Sports were once again the highlight of my day, as I.U. and Purdue football moved to an unprecedented 2-0 BIG 10 starts. After last week’s controversial win over Penn State and unfamiliar #17 national ranking, I was worried that I.U. would stumble against Rutgers. The Hoosiers got off to a slow start but soon had the game in hand until a crazy 8-lateral TD gave the Scarlet Knights the faint hopes of coming back. It was typical I.U. football bad luck, but upon further review was reversed. Their next challenge is to put an end to the 24-game losing streak to Michigan. The Wolverines will certainly be on top of their game after being upset by rival Michigan State yesterday. It will be “Harbaugh Hell” in Ann Arbor this week, knowing that a loss to lowly I.U. could signal a coaching change. Purdue may not play in week 3 because of Wisconsin Covid issues. 

It will be an interesting week. This morning I felt out-of-sync with time change, but early morning light was welcome. November also arrived today with blue skies. Election Day will finally be here and the end of political commercials. I’m sure the outcome will be controversial, sparking more rioting and economic uncertainty. I only hope the stock market won’t overreact. I’ll spend today watching NFL football and admiring the beautiful fall colors outside my office window. Before we know it, Thanksgiving and Christmas will be here, along with the welcome end of a tough 2020. 

 

Retirement is not without Hassles: Shaken Not Stirred #1495

Old age is demoralizing. “Not for sissies,” as my mom used to quote Bette Davis. My hands shake badly, and with the added adrenaline of running, I have trouble typing every morning. Gravity is my worst enemy as extra weight settles into my waistline and jowls. Wrinkles and age spots pop-up everywhere and voices often sound like they’re whispering. My legs somehow managed to get me through run #4325, but it takes longer and longer to cover 3.1 miles every day.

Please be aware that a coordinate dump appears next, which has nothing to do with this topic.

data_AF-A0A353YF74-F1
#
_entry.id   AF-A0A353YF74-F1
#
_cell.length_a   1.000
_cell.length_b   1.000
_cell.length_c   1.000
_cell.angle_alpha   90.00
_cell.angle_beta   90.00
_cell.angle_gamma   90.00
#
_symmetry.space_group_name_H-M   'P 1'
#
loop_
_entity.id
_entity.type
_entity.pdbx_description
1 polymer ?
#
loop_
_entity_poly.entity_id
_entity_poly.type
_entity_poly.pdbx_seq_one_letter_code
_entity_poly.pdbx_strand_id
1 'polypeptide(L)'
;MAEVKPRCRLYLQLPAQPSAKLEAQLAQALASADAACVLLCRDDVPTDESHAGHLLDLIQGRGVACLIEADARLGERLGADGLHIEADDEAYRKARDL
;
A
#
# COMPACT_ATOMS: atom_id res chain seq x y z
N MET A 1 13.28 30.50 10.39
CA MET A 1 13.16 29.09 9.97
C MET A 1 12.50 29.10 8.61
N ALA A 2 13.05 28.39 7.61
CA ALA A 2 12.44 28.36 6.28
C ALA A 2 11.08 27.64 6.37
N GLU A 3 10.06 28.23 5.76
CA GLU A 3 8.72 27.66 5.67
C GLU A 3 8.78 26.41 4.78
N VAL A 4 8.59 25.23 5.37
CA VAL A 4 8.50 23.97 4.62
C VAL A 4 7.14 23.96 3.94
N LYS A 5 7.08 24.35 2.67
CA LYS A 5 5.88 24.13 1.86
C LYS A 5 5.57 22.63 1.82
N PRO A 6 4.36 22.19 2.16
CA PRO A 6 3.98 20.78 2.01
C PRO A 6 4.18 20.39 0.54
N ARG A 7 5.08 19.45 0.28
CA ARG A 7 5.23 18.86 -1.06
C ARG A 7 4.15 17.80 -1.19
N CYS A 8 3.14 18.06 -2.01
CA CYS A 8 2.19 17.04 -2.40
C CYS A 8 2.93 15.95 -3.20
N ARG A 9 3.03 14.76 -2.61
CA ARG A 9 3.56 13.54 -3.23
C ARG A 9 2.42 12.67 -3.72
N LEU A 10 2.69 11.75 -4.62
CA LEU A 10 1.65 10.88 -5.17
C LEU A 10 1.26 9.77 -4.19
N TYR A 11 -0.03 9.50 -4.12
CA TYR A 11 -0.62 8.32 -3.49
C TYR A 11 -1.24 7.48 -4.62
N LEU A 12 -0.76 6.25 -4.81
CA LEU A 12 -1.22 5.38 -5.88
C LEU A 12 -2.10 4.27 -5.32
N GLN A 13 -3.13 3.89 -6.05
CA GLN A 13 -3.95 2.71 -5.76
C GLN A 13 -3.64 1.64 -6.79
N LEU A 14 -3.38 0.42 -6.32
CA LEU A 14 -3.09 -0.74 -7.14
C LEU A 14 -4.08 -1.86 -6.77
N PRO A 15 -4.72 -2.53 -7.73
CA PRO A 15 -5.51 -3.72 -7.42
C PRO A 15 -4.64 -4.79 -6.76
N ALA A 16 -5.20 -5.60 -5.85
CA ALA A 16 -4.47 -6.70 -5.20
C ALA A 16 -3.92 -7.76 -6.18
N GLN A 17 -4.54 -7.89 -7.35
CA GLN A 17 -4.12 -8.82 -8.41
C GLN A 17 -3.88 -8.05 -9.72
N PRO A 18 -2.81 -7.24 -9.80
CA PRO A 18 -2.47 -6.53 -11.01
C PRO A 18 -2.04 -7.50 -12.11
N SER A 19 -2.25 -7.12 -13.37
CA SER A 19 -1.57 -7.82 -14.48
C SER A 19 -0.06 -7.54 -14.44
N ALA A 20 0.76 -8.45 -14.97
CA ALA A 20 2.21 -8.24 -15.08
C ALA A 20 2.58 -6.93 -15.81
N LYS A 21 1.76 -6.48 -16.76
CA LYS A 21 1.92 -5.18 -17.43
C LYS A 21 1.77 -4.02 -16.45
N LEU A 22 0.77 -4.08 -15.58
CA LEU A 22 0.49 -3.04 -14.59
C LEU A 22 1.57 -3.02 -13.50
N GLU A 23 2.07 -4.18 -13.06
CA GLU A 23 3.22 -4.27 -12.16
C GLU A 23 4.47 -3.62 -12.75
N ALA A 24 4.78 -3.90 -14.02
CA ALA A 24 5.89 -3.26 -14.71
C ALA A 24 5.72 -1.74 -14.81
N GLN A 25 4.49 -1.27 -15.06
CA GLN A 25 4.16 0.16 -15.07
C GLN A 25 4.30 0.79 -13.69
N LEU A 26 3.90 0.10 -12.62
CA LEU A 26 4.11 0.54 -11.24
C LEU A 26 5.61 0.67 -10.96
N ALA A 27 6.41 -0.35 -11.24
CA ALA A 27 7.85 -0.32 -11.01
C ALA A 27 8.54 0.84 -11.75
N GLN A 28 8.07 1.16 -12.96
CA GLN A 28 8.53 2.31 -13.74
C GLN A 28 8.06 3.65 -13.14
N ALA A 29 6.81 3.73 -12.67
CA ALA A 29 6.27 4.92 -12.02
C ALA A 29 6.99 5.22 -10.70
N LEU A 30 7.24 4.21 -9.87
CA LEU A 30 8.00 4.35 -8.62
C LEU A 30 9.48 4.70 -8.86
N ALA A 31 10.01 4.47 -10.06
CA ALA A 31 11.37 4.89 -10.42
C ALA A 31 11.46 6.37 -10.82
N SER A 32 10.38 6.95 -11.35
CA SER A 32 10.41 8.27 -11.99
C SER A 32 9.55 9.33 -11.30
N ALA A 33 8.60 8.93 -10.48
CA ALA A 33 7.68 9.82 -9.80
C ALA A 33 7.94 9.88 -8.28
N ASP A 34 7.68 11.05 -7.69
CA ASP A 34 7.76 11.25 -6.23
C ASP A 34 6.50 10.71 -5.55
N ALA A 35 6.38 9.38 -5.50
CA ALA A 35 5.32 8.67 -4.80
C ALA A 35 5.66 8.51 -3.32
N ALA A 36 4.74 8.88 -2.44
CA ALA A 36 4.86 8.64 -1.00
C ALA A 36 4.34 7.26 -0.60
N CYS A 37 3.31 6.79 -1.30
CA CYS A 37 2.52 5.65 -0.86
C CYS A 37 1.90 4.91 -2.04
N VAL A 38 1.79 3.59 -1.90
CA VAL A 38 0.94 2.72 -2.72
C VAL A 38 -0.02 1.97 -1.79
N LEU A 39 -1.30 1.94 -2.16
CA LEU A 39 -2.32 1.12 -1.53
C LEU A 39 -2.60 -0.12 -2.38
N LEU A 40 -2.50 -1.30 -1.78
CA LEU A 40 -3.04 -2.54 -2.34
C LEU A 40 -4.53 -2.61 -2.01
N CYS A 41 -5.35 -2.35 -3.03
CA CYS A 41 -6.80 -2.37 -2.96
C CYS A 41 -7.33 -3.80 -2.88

Losing your parents and friends is one thing, but when James Bond dies it really strikes a sour chord. He survived villains like La Chiffre, Mr. Big, Sir Hugo Drax, Jack Spang, Rosa Klebb, General Grubozaboyschikov, Dr. No, Goldfinger, Colonel Von Hammerstein, Hector Gonzales, Aristotle Krisatos, Milton Krest, Emilio Largo, and Scaramanga -to name a few – only to succumb to old age. He was only 90 – just 21 years older than me – Sir Sean Connery. He was also Indiana Jones’ dad, but hasn’t appeared in a film since 2003. I saw him once in the lobby of the Grosvenor House Hotel, his residence at the time, long before it became a Marriott property. I was the one wearing the tuxedo on this particular occasion, an awards presentation for my first wife. 

As far as I’m concerned, Sean Connery was the only one with a true license to kill, although the other talented actors that followed him were also entertaining. Daniel Craig stars in the upcoming Bond film, “No Time To Die,” that was originally slated to debut six months ago, but like everything else has been delayed by the Coronavirus outbreak. The delay has already cost MGM $30 to $50 million, as the movie business’ pending demise mirrors the film’s title. 2020 was also no time for the original Bond…James Bond….to sadly die. I’ll turn back the clocks in his honor tonight and have a vodka martini – shaken not stirred!